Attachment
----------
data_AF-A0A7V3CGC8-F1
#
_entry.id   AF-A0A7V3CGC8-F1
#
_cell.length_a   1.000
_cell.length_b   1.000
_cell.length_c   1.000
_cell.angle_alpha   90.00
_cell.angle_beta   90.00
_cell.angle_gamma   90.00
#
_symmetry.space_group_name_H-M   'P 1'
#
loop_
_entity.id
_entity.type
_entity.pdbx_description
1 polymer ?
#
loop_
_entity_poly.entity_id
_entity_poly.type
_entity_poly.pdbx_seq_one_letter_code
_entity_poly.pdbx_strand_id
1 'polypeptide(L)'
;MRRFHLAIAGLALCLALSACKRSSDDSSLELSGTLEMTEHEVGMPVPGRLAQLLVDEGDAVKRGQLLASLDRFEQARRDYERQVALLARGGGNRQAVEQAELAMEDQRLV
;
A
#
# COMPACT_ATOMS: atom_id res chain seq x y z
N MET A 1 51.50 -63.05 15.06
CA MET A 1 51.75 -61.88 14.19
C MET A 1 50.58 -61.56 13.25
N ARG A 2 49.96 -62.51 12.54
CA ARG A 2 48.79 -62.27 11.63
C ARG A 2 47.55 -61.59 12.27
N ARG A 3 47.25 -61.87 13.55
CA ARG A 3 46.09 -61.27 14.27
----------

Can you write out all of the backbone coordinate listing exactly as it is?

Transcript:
data_AF-A0A7V3CGC8-F1
#
_entry.id   AF-A0A7V3CGC8-F1
#
_cell.length_a   1.000
_cell.length_b   1.000
_cell.length_c   1.000
_cell.angle_alpha   90.00
_cell.angle_beta   90.00
_cell.angle_gamma   90.00
#
_symmetry.space_group_name_H-M   'P 1'
#
loop_
_entity.id
_entity.type
_entity.pdbx_description
1 polymer ?
#
loop_
_entity_poly.entity_id
_entity_poly.type
_entity_poly.pdbx_seq_one_letter_code
_entity_poly.pdbx_strand_id
1 'polypeptide(L)'
;MRRFHLAIAGLALCLALSACKRSSDDSSLELSGTLEMTEHEVGMPVPGRLAQLLVDEGDAVKRGQLLASLDRFEQARRDYERQVALLARGGGNRQAVEQAELAMEDQRLV
;
A
#
# COMPACT_ATOMS: atom_id res chain seq x y z
N MET A 1 51.50 -63.05 15.06
CA MET A 1 51.75 -61.88 14.19
C MET A 1 50.58 -61.56 13.25
N ARG A 2 49.96 -62.51 12.54
CA ARG A 2 48.79 -62.27 11.63
C ARG A 2 47.55 -61.59 12.27
N ARG A 3 47.25 -61.87 13.55
CA ARG A 3 46.09 -61.27 14.27